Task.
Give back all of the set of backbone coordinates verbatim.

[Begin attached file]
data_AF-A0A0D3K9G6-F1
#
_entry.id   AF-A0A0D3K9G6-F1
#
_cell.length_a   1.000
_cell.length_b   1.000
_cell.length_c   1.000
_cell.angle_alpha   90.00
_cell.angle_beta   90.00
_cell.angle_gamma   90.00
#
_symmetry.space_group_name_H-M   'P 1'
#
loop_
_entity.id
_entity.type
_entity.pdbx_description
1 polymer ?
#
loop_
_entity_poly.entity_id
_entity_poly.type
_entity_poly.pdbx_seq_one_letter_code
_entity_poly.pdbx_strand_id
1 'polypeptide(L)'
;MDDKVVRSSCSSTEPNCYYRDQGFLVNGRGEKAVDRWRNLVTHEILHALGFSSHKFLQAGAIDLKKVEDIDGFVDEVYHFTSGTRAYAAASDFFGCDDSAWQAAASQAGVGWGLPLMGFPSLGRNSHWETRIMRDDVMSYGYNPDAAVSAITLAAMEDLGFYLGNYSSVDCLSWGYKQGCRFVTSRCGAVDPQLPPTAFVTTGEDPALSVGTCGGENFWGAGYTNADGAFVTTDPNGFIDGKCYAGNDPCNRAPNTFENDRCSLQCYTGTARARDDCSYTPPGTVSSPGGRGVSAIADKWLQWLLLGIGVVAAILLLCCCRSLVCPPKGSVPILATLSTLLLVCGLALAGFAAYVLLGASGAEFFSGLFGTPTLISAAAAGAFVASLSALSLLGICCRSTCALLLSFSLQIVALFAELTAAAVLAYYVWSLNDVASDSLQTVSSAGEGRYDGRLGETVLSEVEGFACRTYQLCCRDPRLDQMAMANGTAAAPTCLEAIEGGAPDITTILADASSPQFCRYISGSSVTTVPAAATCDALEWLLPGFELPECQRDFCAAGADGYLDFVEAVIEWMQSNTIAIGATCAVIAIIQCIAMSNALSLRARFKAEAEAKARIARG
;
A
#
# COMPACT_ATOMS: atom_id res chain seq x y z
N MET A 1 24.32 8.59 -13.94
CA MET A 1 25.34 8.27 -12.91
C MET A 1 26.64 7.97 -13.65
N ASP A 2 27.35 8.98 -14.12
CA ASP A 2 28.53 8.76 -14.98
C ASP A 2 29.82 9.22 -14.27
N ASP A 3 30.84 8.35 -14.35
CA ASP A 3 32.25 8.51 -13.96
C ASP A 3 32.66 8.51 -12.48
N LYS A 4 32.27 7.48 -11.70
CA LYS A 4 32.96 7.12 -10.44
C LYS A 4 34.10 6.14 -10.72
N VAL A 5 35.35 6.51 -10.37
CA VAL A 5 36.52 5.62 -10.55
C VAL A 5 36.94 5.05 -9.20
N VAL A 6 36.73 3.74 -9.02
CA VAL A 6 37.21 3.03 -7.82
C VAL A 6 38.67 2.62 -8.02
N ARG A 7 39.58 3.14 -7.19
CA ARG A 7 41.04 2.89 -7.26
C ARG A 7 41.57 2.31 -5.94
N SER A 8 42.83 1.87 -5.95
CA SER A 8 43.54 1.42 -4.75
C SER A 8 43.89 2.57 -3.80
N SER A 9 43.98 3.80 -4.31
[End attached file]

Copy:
data_AF-A0A0D3K9G6-F1
#
_entry.id   AF-A0A0D3K9G6-F1
#
_cell.length_a   1.000
_cell.length_b   1.000
_cell.length_c   1.000
_cell.angle_alpha   90.00
_cell.angle_beta   90.00
_cell.angle_gamma   90.00
#
_symmetry.space_group_name_H-M   'P 1'
#
loop_
_entity.id
_entity.type
_entity.pdbx_description
1 polymer ?
#
loop_
_entity_poly.entity_id
_entity_poly.type
_entity_poly.pdbx_seq_one_letter_code
_entity_poly.pdbx_strand_id
1 'polypeptide(L)'
;MDDKVVRSSCSSTEPNCYYRDQGFLVNGRGEKAVDRWRNLVTHEILHALGFSSHKFLQAGAIDLKKVEDIDGFVDEVYHFTSGTRAYAAASDFFGCDDSAWQAAASQAGVGWGLPLMGFPSLGRNSHWETRIMRDDVMSYGYNPDAAVSAITLAAMEDLGFYLGNYSSVDCLSWGYKQGCRFVTSRCGAVDPQLPPTAFVTTGEDPALSVGTCGGENFWGAGYTNADGAFVTTDPNGFIDGKCYAGNDPCNRAPNTFENDRCSLQCYTGTARARDDCSYTPPGTVSSPGGRGVSAIADKWLQWLLLGIGVVAAILLLCCCRSLVCPPKGSVPILATLSTLLLVCGLALAGFAAYVLLGASGAEFFSGLFGTPTLISAAAAGAFVASLSALSLLGICCRSTCALLLSFSLQIVALFAELTAAAVLAYYVWSLNDVASDSLQTVSSAGEGRYDGRLGETVLSEVEGFACRTYQLCCRDPRLDQMAMANGTAAAPTCLEAIEGGAPDITTILADASSPQFCRYISGSSVTTVPAAATCDALEWLLPGFELPECQRDFCAAGADGYLDFVEAVIEWMQSNTIAIGATCAVIAIIQCIAMSNALSLRARFKAEAEAKARIARG
;
A
#
# COMPACT_ATOMS: atom_id res chain seq x y z
N MET A 1 24.32 8.59 -13.94
CA MET A 1 25.34 8.27 -12.91
C MET A 1 26.64 7.97 -13.65
N ASP A 2 27.35 8.98 -14.12
CA ASP A 2 28.53 8.76 -14.98
C ASP A 2 29.82 9.22 -14.27
N ASP A 3 30.84 8.35 -14.35
CA ASP A 3 32.25 8.51 -13.96
C ASP A 3 32.66 8.51 -12.48
N LYS A 4 32.27 7.48 -11.70
CA LYS A 4 32.96 7.12 -10.44
C LYS A 4 34.10 6.14 -10.72
N VAL A 5 35.35 6.51 -10.37
CA VAL A 5 36.52 5.62 -10.55
C VAL A 5 36.94 5.05 -9.20
N VAL A 6 36.73 3.74 -9.02
CA VAL A 6 37.21 3.03 -7.82
C VAL A 6 38.67 2.62 -8.02
N ARG A 7 39.58 3.14 -7.19
CA ARG A 7 41.04 2.89 -7.26
C ARG A 7 41.57 2.31 -5.94
N SER A 8 42.83 1.87 -5.95
CA SER A 8 43.54 1.42 -4.75
C SER A 8 43.89 2.57 -3.80
N SER A 9 43.98 3.80 -4.31